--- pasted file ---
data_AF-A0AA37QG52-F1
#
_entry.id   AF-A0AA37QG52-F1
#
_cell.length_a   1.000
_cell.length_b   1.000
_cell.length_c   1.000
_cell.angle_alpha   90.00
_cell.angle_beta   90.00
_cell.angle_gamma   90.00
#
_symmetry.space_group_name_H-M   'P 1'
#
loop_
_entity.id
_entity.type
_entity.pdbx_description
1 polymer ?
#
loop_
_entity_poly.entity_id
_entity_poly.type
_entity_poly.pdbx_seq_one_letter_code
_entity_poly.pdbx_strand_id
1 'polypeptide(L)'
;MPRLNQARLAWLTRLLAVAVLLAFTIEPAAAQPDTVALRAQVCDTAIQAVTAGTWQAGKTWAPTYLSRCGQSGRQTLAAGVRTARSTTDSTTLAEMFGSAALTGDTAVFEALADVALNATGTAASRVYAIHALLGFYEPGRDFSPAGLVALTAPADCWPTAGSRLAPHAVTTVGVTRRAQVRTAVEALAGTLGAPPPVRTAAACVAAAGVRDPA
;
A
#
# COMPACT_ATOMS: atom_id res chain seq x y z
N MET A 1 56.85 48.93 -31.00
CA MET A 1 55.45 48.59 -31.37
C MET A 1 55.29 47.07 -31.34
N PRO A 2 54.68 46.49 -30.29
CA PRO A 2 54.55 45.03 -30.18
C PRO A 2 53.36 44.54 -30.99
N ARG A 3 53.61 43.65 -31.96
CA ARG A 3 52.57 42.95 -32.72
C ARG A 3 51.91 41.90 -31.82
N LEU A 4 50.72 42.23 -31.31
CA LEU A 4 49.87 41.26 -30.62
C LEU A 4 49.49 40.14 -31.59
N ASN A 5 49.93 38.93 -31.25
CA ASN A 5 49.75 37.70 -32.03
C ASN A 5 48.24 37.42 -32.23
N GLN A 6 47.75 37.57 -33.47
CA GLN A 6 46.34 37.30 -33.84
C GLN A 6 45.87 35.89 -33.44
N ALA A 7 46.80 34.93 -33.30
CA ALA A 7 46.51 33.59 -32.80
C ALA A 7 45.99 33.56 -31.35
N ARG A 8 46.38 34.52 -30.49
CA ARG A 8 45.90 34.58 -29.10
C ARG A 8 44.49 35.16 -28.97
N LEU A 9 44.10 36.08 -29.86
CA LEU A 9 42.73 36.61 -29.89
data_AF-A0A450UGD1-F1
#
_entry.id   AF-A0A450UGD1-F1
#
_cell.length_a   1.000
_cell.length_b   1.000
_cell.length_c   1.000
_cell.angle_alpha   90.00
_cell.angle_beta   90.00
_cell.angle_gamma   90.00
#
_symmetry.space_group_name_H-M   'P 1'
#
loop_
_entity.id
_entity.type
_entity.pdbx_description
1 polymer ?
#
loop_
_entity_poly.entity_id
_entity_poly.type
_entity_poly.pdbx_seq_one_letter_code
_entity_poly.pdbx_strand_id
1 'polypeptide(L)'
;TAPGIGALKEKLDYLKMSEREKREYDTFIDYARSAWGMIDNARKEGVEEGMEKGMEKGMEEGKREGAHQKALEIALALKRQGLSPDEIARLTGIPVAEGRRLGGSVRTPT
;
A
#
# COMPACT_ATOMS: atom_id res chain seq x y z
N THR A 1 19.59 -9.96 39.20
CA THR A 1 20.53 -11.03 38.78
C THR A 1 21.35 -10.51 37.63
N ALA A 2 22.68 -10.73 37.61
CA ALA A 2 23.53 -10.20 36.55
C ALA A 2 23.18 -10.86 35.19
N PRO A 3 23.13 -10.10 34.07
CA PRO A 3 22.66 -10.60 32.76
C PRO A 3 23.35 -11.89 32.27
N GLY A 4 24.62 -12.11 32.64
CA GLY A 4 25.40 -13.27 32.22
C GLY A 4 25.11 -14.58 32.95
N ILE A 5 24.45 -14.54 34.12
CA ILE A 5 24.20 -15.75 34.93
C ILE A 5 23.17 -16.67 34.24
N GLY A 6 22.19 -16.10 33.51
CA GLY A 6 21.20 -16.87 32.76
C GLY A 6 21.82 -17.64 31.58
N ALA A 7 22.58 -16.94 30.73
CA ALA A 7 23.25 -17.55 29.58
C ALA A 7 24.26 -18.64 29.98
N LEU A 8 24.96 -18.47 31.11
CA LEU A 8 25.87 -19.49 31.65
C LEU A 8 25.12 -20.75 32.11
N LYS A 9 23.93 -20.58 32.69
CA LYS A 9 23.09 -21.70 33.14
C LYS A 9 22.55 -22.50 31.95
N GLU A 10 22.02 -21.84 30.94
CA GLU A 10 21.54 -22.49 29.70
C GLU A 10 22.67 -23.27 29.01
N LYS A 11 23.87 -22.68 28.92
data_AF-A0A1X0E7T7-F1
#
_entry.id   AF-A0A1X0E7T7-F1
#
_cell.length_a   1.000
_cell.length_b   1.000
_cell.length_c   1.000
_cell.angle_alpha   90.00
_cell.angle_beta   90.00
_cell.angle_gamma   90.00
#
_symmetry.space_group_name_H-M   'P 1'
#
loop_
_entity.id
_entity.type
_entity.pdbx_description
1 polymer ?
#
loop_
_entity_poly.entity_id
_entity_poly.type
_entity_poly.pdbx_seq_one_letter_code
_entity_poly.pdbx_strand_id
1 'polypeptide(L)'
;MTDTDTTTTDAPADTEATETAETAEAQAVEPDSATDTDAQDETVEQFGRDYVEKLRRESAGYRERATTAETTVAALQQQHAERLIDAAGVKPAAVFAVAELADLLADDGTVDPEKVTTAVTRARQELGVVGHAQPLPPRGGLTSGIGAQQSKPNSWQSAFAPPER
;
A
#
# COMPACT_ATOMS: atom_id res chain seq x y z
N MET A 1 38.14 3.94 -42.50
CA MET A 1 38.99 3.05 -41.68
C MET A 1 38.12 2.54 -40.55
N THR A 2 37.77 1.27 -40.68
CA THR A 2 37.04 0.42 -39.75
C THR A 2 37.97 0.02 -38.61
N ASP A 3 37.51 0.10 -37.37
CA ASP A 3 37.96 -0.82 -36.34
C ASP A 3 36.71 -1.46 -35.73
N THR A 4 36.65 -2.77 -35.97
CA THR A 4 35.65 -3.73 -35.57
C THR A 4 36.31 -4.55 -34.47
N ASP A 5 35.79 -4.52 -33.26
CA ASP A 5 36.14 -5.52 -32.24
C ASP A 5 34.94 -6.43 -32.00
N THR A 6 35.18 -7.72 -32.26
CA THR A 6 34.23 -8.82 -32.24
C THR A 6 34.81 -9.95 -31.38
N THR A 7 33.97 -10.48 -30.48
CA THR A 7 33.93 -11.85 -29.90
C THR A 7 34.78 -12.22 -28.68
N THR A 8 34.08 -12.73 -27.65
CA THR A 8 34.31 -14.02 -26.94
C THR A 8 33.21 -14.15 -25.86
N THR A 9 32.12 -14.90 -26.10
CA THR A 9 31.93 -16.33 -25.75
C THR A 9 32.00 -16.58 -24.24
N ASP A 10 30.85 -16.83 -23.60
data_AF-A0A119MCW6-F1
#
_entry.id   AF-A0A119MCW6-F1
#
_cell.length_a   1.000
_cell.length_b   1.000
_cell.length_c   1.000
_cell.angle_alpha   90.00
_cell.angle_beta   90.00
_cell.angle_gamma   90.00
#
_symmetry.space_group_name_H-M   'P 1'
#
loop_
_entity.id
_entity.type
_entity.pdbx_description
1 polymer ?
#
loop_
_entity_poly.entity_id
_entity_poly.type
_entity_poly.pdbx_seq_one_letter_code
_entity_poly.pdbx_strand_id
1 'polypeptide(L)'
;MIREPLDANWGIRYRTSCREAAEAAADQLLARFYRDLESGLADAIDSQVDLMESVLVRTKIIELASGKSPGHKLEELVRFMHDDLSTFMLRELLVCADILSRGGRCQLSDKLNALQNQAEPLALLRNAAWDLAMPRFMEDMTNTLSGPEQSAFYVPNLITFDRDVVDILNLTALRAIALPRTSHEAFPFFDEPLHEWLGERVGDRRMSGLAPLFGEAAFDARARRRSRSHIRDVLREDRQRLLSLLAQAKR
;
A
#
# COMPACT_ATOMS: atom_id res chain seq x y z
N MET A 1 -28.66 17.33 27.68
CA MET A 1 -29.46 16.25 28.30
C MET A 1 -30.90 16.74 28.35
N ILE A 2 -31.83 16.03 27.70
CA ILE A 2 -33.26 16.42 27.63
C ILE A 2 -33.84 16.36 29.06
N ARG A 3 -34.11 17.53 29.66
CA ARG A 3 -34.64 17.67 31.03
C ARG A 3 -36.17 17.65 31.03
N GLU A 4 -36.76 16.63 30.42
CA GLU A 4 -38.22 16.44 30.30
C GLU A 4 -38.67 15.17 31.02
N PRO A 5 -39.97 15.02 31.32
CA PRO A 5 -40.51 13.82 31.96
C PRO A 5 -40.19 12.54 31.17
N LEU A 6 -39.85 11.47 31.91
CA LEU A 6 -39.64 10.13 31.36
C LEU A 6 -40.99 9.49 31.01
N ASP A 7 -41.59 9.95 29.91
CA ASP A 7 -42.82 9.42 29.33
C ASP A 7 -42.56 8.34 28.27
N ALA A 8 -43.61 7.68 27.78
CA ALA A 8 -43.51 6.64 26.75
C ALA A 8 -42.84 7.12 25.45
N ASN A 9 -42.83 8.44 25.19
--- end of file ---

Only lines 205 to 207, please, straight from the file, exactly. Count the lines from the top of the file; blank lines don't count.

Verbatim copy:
# COMPACT_ATOMS: atom_id res chain seq x y z
N MET A 1 -28.66 17.33 27.68
CA MET A 1 -29.46 16.25 28.30